White House press secretary Kayleigh McEnany told reporters Thursday that President Donald Trump will resume campaign rallies on Juneteenth, a holiday marking the emancipation of slaves, in Tulsa, Oklahoma, a city with a history of a racial massacre. She claimed Trump will “share some of the progress that has been made” for black Americans — but that explanation is being rejected by many African American leaders.
“The African American community is very near and dear to his heart. At these rallies he often shares the great work he has done for minority communities,” McEnany said, citing criminal justice reform and funding for historically black colleges and universities. “He’s working on rectifying injustices … So, it’s a meaningful day to him, and it’s a day where wants to share some of the progress that’s been made as we look forward and more that needs to be done.”
But given Trump’s history of racist statements, including the birther movement, many instead see a call out to rally white supremacists.
Sen. Kamala Harris, a California Democrat who is widely viewed as a top contender to be Joe Biden’s vice presidential pick, blasted Trump’s decision to hold the rally there on Juneteenth.
“This isn’t just a wink to white supremacists — he’s throwing them a welcome home party,” she tweeted Thursday.
Harris has been critical of Trump’s posture on race, frequently saying he’s unfit to be president because he doesn’t understand the racial turmoil engulfing the nation.
Other Democratic leaders chimed in to slam the President for holding the rally at the site that bore a horrific act of communal racial violence 99 years ago.
Texas congressman and Congressional Black Caucus member Al Green tweeted: “Trump rally with rebel flags (a symbol of slavery and racism) in Tulsa, OK (the place of #TulsaMassacre) on Juneteenth (a day of emancipation recognition) is more than a slap in the face to African Americans; it is overt racism from the highest office in the land. #RejectRacism.”
While the President has said he sympathizes with peaceful protesters marching after Floyd’s death, he has a history of stoking racial animus, including calling some protesters “thugs” and threatened to deploy the military to “dominate” looters.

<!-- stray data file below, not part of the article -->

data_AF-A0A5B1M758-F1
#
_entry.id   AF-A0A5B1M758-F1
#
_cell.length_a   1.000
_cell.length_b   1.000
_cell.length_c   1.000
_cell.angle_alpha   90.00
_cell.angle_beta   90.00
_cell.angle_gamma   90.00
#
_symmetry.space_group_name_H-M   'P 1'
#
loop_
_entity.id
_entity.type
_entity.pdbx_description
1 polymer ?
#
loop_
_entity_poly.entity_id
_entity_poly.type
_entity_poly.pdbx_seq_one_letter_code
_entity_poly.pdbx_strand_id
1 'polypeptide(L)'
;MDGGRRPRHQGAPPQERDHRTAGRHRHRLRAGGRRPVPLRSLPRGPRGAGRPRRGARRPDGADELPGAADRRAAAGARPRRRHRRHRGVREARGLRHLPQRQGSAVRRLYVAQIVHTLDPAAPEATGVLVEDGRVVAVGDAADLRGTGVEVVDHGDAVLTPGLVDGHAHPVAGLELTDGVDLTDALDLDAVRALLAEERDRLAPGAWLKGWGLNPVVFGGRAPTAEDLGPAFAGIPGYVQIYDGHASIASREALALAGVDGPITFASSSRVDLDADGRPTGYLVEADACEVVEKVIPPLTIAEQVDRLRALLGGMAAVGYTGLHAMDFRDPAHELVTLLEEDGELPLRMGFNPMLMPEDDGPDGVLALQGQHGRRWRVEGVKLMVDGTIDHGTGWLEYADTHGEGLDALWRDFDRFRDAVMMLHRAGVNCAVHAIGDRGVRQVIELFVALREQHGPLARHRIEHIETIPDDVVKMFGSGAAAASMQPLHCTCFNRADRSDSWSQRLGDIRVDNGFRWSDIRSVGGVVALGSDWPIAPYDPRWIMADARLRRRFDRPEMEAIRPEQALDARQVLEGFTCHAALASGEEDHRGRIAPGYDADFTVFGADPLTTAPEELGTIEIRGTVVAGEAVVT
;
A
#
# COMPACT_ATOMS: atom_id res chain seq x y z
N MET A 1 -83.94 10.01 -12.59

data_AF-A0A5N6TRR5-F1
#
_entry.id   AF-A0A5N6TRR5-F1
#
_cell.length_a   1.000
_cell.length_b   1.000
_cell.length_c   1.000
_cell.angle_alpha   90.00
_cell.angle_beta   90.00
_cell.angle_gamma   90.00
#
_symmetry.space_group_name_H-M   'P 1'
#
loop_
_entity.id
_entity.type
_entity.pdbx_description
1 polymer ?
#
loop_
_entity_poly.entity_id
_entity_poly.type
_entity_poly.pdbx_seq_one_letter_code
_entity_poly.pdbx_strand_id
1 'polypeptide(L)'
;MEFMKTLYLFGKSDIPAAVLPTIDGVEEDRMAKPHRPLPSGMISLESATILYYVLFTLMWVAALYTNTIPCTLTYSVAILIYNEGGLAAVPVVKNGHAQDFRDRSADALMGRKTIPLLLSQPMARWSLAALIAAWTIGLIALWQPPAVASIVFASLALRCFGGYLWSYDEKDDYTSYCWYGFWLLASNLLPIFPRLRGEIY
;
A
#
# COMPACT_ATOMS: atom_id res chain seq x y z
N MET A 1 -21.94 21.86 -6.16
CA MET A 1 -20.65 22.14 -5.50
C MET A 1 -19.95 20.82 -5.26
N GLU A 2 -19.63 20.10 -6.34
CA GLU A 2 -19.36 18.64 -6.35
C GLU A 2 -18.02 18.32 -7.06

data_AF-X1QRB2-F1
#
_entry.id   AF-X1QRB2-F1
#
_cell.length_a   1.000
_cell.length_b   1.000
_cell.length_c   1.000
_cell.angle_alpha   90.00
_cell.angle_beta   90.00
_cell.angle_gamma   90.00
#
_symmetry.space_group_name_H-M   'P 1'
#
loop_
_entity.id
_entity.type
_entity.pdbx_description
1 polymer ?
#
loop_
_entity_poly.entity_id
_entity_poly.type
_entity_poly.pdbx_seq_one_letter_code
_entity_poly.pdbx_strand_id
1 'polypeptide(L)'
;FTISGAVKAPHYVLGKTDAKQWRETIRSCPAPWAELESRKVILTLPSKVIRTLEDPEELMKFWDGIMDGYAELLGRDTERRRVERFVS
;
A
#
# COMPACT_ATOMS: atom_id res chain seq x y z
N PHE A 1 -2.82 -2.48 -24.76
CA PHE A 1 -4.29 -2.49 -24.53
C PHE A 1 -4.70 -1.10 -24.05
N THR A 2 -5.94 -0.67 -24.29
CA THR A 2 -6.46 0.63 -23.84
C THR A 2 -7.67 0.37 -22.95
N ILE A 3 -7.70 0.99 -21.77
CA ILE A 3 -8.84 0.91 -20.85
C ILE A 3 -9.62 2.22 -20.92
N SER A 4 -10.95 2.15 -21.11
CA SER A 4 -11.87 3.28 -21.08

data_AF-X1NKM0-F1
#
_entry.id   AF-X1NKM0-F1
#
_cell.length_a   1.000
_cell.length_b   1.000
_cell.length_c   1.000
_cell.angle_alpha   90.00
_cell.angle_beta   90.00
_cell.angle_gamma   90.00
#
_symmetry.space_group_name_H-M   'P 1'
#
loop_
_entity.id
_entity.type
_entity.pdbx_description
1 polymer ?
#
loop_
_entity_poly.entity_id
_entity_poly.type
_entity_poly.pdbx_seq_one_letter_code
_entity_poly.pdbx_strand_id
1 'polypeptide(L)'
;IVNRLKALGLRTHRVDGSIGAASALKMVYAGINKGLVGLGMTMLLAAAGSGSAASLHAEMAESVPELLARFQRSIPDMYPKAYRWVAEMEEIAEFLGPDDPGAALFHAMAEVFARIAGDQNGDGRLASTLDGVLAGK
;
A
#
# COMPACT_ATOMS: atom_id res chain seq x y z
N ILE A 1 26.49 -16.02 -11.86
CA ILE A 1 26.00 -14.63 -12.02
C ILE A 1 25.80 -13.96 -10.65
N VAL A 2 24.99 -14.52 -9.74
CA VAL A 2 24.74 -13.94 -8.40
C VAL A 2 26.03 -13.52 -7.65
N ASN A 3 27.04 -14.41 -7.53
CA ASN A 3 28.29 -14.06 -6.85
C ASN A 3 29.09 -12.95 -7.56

He won’t apologize for taking out ads in the 1980s calling for the return of the death penalty aimed at five teenagers of color, wrongly accused of raping a jogger and pressured into giving false confessions, known as the Central Park Five. Last year, he implied in the series of racist tweets that four congresswomen of color weren’t American and sarcastically suggested “they go back and help fix the totally broken and crime infested places from which they came.” And he defended the protesters opposed to the removal of a Robert E. Lee statue in Charlottesville, Virginia, saying the group, which contained white nationalists, included some “fine people.”
The Tulsa rally, Trump’s first since March 2, comes amid a national reckoning on systemic racism in the wake of George Floyd’s killing at the hands of police officers, and a pandemic disproportionately impacting minority communities from both health and economic perspectives.
In 1921, Tulsa was the site of a massacre of hundreds of African Americans during racial unrest in the historic section of the city known as “Black Wall Street.”
Once considered one of the most affluent and flourishing African American community in the country, the district of Greenwood enjoyed more than 300 black-owned businesses, including luxury hotels, theaters, doctors and a pharmacist. Initial reports of the attack by a white mob, which looted and burned businesses to the ground, said it took the lives of 36 people. But historians now believe as many as 300 died, according to the Tulsa Historical Society and Museum.
Trump campaign manager Brad Parscale defended the Juneteenth rally date tweeting: “As the Party of Lincoln, Republicans are proud of what Juneteenth represents and the Emancipation Proclamation.”
But of course his celebration of emancipation comes as Trump vowed to keep Army bases named after Confederate commanders.
McEnany continued Thursday to make an illogical argument defending the President’s decision rejecting renaming 10 US military bases named after Confederate leaders, claiming Thursday that the bases are defined by people who serve there and not those they are named after.
“If you change the name, what you are saying to the men and women who left those forts, who died for this country in many cases, you are telling them that the institution they left was fundamentally and inherently racist because of the name that is on it. The President doesn’t stand for that proposition, he wants to respect our military,” she said.
Pressed by CNN’s Joe Johns on the fact that these bases are named for 10 individuals who betrayed their country, McEnany said: “Where the President stands is he believes these bases are most notably defined by the heroes within it, by the acts that they did in winning two world wars, defeating fascism across the globe. That’s what these bases stand for not the names on them. So, he doesn’t want to change the names, he’s vehemently opposed to that.”